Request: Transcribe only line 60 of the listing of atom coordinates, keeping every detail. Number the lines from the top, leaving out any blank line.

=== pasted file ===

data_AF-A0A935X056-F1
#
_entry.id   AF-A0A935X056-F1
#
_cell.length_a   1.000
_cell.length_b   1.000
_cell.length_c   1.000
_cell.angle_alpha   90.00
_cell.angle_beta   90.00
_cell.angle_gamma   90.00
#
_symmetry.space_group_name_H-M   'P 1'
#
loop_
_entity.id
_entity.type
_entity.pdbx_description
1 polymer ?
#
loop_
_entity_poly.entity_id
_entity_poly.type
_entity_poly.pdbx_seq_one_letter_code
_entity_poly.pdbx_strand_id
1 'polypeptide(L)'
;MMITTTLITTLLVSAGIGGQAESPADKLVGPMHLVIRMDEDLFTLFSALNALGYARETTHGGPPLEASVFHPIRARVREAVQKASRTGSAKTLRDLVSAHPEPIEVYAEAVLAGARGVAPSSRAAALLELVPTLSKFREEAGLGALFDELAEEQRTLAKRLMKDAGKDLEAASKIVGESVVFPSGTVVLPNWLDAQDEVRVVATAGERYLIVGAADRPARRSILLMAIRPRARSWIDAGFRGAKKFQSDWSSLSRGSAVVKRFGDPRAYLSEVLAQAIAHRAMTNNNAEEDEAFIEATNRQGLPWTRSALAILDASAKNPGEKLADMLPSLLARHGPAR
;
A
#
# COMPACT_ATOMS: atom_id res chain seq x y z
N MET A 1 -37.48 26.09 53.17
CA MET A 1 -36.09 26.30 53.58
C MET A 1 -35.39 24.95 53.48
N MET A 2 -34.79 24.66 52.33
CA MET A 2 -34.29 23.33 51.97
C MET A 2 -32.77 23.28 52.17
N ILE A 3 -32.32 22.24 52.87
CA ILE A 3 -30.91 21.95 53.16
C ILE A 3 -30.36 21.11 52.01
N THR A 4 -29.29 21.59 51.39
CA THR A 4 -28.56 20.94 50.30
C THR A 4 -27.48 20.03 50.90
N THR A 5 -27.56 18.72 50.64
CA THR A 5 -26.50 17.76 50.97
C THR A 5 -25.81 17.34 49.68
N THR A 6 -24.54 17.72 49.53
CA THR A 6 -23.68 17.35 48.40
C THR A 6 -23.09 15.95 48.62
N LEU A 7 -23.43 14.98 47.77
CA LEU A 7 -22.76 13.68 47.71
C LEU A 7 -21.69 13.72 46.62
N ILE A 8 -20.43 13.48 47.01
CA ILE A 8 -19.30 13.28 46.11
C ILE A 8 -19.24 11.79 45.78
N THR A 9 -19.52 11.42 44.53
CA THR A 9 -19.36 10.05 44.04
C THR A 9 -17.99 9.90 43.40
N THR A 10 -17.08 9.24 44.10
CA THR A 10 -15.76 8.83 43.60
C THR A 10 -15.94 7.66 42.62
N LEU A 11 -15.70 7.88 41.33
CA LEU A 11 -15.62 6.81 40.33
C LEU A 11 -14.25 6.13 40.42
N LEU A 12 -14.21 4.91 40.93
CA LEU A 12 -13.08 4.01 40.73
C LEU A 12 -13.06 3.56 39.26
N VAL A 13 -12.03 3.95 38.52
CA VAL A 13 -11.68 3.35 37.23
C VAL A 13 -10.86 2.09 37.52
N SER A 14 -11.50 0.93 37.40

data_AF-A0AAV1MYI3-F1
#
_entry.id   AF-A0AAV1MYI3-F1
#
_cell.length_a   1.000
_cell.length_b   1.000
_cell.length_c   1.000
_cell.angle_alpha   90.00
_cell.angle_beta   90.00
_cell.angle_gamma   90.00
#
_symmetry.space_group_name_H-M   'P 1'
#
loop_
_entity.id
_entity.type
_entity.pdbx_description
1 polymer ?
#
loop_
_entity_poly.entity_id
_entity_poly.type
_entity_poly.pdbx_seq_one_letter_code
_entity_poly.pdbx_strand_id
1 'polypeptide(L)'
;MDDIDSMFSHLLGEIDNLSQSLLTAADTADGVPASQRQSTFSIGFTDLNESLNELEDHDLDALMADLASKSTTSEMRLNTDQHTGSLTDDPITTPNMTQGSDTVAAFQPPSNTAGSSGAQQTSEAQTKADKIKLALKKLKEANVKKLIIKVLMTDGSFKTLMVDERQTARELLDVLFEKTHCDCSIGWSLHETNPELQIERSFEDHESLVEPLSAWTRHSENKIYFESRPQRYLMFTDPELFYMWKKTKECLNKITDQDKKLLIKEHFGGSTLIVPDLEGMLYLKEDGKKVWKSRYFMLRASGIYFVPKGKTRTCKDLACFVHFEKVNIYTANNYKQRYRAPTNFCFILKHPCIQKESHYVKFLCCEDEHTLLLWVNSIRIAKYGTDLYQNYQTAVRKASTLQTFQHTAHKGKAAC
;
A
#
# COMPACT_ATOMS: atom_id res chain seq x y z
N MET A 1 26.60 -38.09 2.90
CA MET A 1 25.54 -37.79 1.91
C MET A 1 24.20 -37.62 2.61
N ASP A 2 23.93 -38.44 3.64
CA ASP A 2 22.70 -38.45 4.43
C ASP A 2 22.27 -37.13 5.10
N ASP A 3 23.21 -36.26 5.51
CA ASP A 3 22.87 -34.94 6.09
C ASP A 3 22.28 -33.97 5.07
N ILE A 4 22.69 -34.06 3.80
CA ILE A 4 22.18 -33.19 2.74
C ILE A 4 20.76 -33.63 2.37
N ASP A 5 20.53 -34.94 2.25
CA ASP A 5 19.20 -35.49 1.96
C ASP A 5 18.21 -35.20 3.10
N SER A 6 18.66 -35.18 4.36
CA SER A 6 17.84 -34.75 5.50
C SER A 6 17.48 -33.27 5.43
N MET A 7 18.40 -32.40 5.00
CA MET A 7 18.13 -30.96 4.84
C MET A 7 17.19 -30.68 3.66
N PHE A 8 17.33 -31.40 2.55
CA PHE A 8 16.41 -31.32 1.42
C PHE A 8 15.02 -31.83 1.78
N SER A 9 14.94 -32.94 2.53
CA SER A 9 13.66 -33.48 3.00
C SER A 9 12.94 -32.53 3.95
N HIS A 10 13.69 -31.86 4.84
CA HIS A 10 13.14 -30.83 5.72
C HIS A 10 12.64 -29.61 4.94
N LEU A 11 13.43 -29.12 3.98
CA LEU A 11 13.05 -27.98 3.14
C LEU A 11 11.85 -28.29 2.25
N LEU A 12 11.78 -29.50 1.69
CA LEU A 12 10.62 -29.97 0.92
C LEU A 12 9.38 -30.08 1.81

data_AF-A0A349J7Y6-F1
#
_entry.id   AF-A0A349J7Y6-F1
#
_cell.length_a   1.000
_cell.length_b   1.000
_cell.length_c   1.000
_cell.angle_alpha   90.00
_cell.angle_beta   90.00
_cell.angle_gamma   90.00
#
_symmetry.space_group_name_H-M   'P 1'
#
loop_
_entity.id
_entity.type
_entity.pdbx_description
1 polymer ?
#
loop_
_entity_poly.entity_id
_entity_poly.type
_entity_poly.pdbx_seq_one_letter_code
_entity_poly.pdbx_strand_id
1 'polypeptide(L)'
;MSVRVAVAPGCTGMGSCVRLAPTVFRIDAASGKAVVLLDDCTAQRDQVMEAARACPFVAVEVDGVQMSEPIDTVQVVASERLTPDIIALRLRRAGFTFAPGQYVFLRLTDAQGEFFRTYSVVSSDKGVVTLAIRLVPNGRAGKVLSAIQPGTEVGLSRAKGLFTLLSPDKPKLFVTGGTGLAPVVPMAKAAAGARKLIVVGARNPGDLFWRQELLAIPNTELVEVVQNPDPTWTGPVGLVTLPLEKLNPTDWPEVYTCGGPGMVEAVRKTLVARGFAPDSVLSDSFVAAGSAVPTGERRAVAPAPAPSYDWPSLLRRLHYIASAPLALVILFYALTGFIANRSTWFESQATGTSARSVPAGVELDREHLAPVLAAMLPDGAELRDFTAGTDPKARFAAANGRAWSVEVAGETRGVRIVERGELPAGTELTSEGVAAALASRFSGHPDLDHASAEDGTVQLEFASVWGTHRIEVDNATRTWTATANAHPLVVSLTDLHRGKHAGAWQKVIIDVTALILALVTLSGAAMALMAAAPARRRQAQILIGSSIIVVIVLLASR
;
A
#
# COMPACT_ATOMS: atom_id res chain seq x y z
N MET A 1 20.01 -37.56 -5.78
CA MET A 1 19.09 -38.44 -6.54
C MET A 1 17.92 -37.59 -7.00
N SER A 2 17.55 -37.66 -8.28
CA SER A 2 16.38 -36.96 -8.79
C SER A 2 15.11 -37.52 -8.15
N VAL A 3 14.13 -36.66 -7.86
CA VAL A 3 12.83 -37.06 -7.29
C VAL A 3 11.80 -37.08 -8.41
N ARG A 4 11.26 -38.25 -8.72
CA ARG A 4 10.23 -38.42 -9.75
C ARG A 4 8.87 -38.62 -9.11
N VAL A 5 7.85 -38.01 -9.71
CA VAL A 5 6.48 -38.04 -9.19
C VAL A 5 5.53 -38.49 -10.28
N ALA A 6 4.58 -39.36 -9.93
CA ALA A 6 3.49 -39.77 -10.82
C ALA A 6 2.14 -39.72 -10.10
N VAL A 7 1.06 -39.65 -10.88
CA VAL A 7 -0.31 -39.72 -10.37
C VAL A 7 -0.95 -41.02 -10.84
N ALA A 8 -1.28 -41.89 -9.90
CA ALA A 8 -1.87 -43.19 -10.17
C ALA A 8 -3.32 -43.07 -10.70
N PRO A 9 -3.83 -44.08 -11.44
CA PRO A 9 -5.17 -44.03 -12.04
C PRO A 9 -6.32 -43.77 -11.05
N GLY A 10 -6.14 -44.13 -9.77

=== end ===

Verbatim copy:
C THR A 10 -15.94 7.66 42.62